Wednesday, June 17, 2009

People v. Dillon (Cal. Ct. App. - June 16, 2009)

Check me on this one. Annette B. is a victim of sexual assault in San Francisco on New Year's Eve of 2005. She's recently done a little coke, and has been drinking. She gets sexually assaulted by a stranger in the street, and his defense is consent. So, of course, we have to impeach the defendant. Par for the course.

Here's what I don't understand. Annette is 19 years old and tiny -- 5'1" tall, 90 pounds. They do a urine test after the assault and her blood alcohol content is 0.17 percent. (It's New Years Eve, after all; ignore the coke for now, or that she's underage.)

Here's my question: To get to .17 percent for a 90 pound woman, how many drinks are we talking about? Assume standard sizes: a can of beer, a class of table wine, a shot of 80 proof alcohol, etc. And assume for simplicity purposes it's all at once; no "over a half day" or "six hours" or anything like that (the evidence here suggests a pretty small time frame). How many drinks gets a 90 pound woman to 0.17?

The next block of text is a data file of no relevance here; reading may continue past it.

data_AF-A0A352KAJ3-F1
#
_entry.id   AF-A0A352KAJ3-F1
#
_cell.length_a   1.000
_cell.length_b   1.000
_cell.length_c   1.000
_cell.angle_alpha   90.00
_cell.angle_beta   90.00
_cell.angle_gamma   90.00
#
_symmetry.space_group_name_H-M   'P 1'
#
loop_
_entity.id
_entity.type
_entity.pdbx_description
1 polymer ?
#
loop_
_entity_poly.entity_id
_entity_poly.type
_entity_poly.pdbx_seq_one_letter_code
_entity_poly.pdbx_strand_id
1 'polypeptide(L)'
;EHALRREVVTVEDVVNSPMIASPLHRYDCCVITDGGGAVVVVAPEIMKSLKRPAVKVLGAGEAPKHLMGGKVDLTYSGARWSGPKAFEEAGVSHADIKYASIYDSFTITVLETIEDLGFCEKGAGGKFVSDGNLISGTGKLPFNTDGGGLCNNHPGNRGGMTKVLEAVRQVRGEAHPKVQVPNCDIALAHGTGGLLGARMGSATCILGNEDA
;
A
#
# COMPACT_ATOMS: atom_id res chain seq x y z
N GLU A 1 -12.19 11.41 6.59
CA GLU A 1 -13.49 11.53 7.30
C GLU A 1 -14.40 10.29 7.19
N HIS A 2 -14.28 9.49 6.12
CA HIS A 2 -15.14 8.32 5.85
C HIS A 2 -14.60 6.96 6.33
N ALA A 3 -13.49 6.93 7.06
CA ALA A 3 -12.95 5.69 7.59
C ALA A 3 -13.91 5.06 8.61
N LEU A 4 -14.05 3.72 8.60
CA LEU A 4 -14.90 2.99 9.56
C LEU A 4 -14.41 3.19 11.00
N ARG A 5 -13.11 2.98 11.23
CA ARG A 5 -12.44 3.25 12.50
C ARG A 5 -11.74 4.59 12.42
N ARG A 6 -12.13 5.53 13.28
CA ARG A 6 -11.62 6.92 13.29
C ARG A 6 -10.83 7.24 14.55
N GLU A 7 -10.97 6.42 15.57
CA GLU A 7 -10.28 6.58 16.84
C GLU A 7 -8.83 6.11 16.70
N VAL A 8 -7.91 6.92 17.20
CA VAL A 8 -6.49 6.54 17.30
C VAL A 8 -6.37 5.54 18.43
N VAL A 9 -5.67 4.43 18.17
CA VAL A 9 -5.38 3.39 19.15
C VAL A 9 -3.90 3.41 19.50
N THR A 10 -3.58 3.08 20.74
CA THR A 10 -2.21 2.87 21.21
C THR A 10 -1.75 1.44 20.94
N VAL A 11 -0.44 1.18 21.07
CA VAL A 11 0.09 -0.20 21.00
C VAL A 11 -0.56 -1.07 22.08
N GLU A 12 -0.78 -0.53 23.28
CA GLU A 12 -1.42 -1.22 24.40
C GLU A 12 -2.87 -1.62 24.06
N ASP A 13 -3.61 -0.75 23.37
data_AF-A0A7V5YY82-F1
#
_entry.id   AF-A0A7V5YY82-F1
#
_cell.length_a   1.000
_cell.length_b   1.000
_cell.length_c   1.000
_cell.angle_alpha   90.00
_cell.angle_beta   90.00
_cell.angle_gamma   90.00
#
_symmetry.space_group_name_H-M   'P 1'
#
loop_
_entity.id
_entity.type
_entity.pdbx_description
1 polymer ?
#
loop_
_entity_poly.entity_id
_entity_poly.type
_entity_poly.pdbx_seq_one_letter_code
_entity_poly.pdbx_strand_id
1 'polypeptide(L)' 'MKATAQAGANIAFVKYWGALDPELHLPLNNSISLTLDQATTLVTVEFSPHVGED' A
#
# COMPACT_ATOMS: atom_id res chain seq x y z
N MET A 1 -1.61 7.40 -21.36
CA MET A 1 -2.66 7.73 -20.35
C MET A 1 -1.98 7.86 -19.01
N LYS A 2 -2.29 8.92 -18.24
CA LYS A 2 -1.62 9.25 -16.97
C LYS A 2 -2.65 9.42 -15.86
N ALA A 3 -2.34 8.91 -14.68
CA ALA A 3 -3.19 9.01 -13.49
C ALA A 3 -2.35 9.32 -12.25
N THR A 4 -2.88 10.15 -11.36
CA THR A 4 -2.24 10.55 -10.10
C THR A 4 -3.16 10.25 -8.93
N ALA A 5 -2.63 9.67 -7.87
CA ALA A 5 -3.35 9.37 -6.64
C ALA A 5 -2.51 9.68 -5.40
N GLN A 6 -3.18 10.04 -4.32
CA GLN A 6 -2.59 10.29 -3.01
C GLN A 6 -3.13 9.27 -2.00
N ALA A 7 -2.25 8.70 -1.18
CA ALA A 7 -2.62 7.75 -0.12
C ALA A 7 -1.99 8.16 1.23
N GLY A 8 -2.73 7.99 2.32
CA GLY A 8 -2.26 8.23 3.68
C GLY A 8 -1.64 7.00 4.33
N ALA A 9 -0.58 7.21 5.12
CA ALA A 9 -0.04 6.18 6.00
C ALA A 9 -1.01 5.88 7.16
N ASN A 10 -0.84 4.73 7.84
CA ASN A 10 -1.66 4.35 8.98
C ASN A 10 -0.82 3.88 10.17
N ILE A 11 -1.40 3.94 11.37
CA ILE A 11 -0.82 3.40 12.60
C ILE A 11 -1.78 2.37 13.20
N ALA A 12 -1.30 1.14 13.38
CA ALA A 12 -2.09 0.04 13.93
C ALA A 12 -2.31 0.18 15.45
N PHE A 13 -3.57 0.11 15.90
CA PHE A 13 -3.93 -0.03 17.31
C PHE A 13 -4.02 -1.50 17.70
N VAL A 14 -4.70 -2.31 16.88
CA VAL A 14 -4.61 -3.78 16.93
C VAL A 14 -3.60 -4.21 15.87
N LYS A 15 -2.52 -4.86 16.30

Here's what the defense expert testifies at trial: It'd take between 8 and 9 drinks to get to that point.

Are you insane? That many drinks and, personally, I'm out -- way over 0.17. And I'm nearly tipping the 200 mark, and a guy at that. Have you ever seen a 90 pound woman drink 8 or 9 drinks? I have. And it darn sure ain't no .017.

So I looked it up. On the most trusted source on the planet: Wikipedia. Which says that for a 90 pound woman, 8 drinks puts you at 0.40, and 9 drinks puts you at .45. Basically: Dead.

Even if you spread those drinks over three or four hours, you're still looking at between 0.35 and 0.40. At which point you're definitely not walking, or doing any of the other things that Annette's clearly doing at the time. Which makes me think: Who the heck are these "experts" that testify that her BAC of 0.17 means 8 or 9 drinks?

None of this is central to the case. But still, it definitely made me wonder. Because if I learned anything from my four years at Dartmouth it was the impact of alcohol on the body. So if I'm way off on this one, and can let a 90 pound woman pound 8 or 9 drinks and only reach a 0.17, please let me know. 'Cause that ain't what I was taught. At all.